Re: Fw: Mere Creation conference

Murphy (
Fri, 22 Nov 1996 11:51:37 -0500 wrote:

> I wish it were as simple as that, Russ. If you read Hugh Ross's _The
> Fingerprint of God_ you will find example after example of how cosmologists
> and astrophysicists fought the idea that the universe had a beginning, with
> the implication, acknowledged by Einstein, of "the presence of a superior
> reasoning power". This contentious effort went on for years.

Yes, some of the opposition to big bang models, as from the
steady state theory, was motivated by anti-religious bias. But note
that there were also serious scientific problems with big bang models in
the 30s and 40s. In particular, the fact that the Hubble time was
thought to be less than 2 billion years, less than the age of the earth,
was a major difficulty.
And of more moment, contra Ross et al, the apparent correctness
of big bang models does not "prove creation" in any meaningful
theological sense.

> A scientific revolution, or change of paradigms, is an all-or-none affair.
> Kuhn says, "The decision to reject one paradigm is always simultaneously the
> decision to accept another' (p. 77). Later, in a chapter entitled
> "Revolutions as Changes of World View" he wrote, "Nevertheless, paradigm
> changes do cause scientist to see the world of their research-engagement
> differently" (p. 11). In the same chapter he said, "Scientists then often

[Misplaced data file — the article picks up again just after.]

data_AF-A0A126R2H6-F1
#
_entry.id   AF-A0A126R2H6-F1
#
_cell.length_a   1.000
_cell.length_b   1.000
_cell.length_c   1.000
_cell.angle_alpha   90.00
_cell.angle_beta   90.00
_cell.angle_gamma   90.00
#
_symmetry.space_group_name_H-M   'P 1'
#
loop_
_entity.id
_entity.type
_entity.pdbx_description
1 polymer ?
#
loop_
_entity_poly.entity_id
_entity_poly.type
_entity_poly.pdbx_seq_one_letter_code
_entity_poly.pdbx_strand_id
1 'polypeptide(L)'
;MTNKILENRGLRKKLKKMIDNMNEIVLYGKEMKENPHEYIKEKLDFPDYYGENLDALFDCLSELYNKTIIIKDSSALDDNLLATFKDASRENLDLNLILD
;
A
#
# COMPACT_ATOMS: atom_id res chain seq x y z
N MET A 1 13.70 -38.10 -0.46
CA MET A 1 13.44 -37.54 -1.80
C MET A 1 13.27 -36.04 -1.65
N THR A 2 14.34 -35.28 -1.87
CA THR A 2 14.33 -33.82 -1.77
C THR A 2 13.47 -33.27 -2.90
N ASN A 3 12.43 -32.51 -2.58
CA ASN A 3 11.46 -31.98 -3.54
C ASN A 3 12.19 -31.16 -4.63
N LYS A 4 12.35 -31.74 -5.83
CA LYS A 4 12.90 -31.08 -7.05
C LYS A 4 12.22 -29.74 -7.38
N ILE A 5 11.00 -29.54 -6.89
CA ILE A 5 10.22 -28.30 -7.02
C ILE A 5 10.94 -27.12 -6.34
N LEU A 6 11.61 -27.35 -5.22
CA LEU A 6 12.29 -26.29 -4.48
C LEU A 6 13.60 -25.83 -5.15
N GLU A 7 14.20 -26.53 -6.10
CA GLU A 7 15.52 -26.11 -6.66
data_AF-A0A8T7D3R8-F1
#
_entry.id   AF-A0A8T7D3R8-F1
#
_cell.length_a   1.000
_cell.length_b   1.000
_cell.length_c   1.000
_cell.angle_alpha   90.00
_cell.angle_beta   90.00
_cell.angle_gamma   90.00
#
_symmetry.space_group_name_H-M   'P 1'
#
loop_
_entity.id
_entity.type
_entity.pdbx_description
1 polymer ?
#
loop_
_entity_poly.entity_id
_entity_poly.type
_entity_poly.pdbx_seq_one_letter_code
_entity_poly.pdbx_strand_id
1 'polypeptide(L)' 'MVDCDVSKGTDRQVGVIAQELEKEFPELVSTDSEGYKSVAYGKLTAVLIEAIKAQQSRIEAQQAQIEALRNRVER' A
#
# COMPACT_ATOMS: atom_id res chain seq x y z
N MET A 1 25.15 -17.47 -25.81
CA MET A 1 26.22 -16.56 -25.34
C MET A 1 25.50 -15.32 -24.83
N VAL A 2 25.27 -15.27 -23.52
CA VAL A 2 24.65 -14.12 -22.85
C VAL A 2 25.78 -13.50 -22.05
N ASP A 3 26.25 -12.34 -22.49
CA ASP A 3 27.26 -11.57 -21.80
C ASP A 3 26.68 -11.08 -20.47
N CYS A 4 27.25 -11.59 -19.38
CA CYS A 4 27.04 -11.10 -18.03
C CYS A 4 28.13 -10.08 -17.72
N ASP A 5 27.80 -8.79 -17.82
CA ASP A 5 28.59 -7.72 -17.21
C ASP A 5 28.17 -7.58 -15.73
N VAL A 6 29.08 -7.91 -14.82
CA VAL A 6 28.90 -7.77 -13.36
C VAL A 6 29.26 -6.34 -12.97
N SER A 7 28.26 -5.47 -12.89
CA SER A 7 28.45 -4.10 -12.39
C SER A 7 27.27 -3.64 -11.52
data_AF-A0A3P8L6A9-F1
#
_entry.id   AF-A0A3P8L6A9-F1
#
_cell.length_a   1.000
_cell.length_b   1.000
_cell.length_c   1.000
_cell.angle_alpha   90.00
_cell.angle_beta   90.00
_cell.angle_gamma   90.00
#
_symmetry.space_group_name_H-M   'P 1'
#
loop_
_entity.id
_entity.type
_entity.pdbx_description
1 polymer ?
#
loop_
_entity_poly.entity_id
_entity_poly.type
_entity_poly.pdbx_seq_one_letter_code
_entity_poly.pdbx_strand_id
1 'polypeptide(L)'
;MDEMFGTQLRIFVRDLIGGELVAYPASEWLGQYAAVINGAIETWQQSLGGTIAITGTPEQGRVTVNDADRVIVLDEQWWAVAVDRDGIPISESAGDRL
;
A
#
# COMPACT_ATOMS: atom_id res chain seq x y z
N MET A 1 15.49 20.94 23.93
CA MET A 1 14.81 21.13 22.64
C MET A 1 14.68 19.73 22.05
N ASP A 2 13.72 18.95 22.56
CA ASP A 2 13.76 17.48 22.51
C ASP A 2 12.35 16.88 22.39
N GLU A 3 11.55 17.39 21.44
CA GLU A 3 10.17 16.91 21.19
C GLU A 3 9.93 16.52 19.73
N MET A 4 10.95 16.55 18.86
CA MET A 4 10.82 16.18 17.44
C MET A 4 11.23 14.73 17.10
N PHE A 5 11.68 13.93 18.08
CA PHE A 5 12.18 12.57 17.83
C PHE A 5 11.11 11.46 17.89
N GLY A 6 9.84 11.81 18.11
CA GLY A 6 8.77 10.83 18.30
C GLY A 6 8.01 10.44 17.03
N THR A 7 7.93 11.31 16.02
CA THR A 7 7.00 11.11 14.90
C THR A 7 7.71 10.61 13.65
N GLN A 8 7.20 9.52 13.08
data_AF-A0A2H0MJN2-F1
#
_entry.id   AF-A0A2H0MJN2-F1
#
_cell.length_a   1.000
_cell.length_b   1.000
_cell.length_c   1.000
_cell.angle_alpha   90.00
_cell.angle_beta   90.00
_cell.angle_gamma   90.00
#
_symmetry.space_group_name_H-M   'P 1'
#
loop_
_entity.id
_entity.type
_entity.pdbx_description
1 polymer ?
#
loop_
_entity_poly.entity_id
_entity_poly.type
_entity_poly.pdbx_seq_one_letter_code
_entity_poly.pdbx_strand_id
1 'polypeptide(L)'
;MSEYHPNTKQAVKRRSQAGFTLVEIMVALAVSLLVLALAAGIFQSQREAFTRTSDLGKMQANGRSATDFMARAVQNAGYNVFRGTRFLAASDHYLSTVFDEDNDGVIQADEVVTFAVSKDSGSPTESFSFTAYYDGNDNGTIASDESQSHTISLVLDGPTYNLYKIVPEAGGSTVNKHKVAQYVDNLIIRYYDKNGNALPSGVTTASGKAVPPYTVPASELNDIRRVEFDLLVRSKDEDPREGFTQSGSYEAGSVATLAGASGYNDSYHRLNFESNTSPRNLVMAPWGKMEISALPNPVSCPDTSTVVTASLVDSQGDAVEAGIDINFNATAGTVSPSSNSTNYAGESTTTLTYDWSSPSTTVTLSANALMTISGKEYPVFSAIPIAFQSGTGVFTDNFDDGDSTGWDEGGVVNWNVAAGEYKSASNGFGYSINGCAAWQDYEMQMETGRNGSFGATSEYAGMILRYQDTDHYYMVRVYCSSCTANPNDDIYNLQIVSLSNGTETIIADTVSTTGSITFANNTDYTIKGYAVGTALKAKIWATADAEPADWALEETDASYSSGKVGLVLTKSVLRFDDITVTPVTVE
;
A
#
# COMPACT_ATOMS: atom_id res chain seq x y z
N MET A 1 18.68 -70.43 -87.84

> speak of the 'scales falling from their eyes' or of the 'lightning flash'
> that 'inundates' a previously obscure puzzle, enabling its components to be
> seen in a new way that for the first time permits its solution" (p. 122).
> The change of world views in biology will be from strictly naturalistic
> (even meta-naturalistic) to a yet-to-be clearly articulated,
> interactive-creation or realistic-theistic one. So it is unlikely that
> "gradualism" and "intelligent design" will co-exist in the new paradigm,
> except to allow gradualism to put come-lately adaptive finishing touches on
> intelligently designed, irreducibly designed systems.

It is worth keeping in mind that not all scientists or
philosophers of science accept Kuhn's views on the development without
qualification. Inter alia, extreme versions of such views (not to be
attributed to Kuhn himself) have led to the currently popular notion
that science is, at root, entirely a sociological phenomenon.
George Murphy